Why do we embrace feminist leadership? Because if we accept the core concepts of feminist leadership — to bring together all voices, to foster collaboration — we are preparing safe spaces. As I reflect upon Orlando and think about my work as a Christian educator, I find that God’s work can be done in memory of those who lost their lives in Orlando. We commit to providing safe spaces for our students to ask questions, to figure out how to engage in inquiry, to not be fearful, and to be their best and most authentic selves.

“We rise and fall and light from dying embers, remembrances that hope and love last longer
And love is love is love is love is love is love is love is love cannot be killed or swept aside.” – Lin-Manuel Miranda

Fill the Confidence Gap with Confident Hope

by Jodi Koslow Martin

I really like the magazine, The Atlantic. It delves deep into topics that are of interest to me and has some good writing. I’m a fan of Variety Fair, too, for the same reasons. It is The Atlantic, though, that retreats from the celebrity arena and instead has had some pretty interesting cover stories on women and gender. Ann-Marie Slaughter’s “Why Women Still Can’t Have It All.” Jean Twenge’s “How Long Can You Wait to Have a Baby?” And, now “The Confidence Gap” by Katty Kay and Claire Shipman. If you are reading this blog, you likely have experienced the confidence gap. You may have refrained from applying for a job or pursuing a promotion because you thought you weren’t ready for said job or promotion. Then, when you got the job or promotion, you may have thought, “Wow, the candidate pool must have been pretty small.”  And, you have likely never said the following words: “Yeah, I got that job because I know I was better than everyone else.” The confidence gap is the idea that women have significantly less confidence than men. In turn, the argument that women aren’t at the upper echelons of power is due, in part, to our lack of confidence.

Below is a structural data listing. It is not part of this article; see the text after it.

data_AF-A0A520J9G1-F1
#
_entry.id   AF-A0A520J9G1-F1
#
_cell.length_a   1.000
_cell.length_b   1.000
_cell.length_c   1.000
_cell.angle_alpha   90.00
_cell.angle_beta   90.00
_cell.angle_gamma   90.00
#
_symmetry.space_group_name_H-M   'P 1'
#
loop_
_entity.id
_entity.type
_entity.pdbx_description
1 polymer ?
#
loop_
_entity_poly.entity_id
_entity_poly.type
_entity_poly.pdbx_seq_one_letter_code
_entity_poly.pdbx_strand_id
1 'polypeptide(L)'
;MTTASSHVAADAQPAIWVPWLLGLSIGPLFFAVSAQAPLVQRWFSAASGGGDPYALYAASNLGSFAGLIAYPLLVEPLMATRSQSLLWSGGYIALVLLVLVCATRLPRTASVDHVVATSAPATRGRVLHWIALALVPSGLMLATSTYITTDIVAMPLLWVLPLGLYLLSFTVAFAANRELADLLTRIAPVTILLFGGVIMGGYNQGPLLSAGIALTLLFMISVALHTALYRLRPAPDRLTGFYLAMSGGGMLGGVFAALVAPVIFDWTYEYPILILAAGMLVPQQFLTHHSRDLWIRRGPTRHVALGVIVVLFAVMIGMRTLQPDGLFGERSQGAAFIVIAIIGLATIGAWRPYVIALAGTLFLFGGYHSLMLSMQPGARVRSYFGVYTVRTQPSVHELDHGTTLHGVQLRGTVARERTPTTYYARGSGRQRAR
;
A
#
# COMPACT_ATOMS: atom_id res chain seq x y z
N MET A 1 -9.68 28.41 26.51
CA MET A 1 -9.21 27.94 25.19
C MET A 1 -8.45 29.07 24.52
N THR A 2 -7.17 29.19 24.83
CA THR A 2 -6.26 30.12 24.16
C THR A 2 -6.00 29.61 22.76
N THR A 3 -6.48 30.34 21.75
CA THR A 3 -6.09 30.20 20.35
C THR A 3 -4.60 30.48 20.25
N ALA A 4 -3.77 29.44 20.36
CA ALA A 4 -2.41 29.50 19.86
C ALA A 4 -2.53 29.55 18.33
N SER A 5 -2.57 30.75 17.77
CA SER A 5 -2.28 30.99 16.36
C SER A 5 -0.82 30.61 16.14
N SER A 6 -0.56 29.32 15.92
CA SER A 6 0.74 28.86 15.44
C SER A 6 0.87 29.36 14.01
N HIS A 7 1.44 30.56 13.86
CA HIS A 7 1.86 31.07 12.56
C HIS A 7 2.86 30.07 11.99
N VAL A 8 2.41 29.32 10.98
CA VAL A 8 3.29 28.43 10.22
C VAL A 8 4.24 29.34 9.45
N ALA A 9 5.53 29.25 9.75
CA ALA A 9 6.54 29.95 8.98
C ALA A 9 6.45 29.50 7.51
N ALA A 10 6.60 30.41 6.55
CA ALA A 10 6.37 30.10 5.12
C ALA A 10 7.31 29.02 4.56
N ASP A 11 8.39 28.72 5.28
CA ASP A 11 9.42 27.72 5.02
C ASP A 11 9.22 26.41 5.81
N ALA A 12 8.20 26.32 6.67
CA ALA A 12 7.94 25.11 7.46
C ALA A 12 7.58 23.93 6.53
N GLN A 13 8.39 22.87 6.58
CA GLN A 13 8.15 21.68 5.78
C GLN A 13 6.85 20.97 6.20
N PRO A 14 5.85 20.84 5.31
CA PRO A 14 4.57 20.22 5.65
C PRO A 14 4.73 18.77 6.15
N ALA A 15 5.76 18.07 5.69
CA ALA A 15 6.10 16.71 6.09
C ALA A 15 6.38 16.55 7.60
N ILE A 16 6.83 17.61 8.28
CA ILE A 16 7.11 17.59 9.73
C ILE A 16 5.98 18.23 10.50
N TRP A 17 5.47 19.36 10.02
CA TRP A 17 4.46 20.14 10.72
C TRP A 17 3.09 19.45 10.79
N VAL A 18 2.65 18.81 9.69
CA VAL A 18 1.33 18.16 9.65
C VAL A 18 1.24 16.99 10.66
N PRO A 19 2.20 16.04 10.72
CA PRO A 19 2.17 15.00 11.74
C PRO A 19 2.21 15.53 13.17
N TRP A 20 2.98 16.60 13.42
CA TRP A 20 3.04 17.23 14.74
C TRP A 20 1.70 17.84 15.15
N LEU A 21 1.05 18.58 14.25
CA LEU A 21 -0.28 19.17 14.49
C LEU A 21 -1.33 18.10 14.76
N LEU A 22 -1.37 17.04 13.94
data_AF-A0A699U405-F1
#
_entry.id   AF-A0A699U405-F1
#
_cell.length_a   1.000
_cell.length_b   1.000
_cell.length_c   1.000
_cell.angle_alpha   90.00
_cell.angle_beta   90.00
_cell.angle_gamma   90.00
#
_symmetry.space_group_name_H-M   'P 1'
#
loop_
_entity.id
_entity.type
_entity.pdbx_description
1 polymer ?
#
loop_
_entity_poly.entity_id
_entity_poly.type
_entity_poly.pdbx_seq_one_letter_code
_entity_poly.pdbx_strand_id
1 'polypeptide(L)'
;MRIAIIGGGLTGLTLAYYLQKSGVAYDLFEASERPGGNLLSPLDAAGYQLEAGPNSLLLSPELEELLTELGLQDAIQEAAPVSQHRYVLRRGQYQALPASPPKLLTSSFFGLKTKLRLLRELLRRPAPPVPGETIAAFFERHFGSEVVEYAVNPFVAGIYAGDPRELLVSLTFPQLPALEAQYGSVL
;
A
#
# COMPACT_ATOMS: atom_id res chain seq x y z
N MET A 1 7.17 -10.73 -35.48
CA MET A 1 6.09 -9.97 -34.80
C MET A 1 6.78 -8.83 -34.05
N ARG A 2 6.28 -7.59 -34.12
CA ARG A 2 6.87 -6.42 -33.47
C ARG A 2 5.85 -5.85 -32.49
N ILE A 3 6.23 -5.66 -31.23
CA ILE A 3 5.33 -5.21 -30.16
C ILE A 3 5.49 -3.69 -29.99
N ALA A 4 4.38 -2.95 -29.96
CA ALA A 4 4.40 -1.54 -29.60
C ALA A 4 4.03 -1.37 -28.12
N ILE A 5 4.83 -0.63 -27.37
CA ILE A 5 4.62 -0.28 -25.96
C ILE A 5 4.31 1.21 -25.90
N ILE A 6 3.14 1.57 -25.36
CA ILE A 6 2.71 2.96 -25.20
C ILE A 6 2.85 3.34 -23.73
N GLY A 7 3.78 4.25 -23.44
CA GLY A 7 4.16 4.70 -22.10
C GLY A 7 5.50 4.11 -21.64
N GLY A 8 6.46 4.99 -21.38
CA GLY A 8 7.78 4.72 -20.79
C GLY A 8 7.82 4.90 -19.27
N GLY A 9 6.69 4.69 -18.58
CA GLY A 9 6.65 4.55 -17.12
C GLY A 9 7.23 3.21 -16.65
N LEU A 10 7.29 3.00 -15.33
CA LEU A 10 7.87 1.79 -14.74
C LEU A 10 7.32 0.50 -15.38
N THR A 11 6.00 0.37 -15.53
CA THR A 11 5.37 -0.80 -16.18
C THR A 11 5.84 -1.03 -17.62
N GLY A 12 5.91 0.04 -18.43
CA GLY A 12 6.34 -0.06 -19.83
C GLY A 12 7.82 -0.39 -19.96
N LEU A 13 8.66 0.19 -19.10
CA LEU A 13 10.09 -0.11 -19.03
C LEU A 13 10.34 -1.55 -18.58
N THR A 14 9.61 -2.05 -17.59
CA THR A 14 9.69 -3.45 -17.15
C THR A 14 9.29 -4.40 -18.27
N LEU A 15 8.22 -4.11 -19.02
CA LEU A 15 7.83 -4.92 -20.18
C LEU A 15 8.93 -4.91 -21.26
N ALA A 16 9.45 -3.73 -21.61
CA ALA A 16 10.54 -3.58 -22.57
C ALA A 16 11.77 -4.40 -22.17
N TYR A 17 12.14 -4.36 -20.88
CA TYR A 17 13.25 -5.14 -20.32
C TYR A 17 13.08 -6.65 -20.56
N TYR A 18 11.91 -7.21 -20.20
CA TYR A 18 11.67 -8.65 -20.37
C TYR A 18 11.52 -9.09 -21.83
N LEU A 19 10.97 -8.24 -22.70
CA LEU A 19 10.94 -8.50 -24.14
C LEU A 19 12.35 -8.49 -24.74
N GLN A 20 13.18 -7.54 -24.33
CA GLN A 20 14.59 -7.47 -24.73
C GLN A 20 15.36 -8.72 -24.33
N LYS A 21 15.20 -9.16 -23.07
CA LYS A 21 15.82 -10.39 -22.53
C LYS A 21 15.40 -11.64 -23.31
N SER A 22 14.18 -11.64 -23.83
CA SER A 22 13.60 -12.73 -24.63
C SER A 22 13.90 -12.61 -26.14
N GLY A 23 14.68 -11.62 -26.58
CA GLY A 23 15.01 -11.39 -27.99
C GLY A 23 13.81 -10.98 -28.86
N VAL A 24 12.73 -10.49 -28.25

This idea reminds me of a meeting I was in this week. I was at the table with all the vice presidents of the university (I am one of them) and the president. The only other female vice president was not there. I noticed it instantly. Continue reading Fill the Confidence Gap with Confident Hope

Feminism of Today and Faith from Long Ago

by Jodi Koslow Martin

I’ve always, for as long as I can remember, been drawn to the story of Mary the mother of Jesus. It could have been playing her in the 3rd grade Christmas play that ended with the big finale – not the birth of Christ, as you’d expect, but rather the entire class singing Bette Midler’s The Rose. Even after I took off the pillowcase sewn into a veil for my starring role, Mary and her story have stayed with me even into adulthood.

All of my favorite biblical stories involve Mary. The angel Gabriel telling her she’s going to be a mom.  “Are you kidding me?” is essentially her first response. Mary telling Jesus to fill up the wine glasses at the wedding at Cana. “Mom, it’s not time.” “Yes, it is. I’m your mother and know best.” I’m paraphrasing, of course, but her responses are always so authentic.  It’s Mary’s visit to Elizabeth that I think about often.  Two women, both pregnant, one as the older mentor to the young girl. Continue reading Feminism of Today and Faith from Long Ago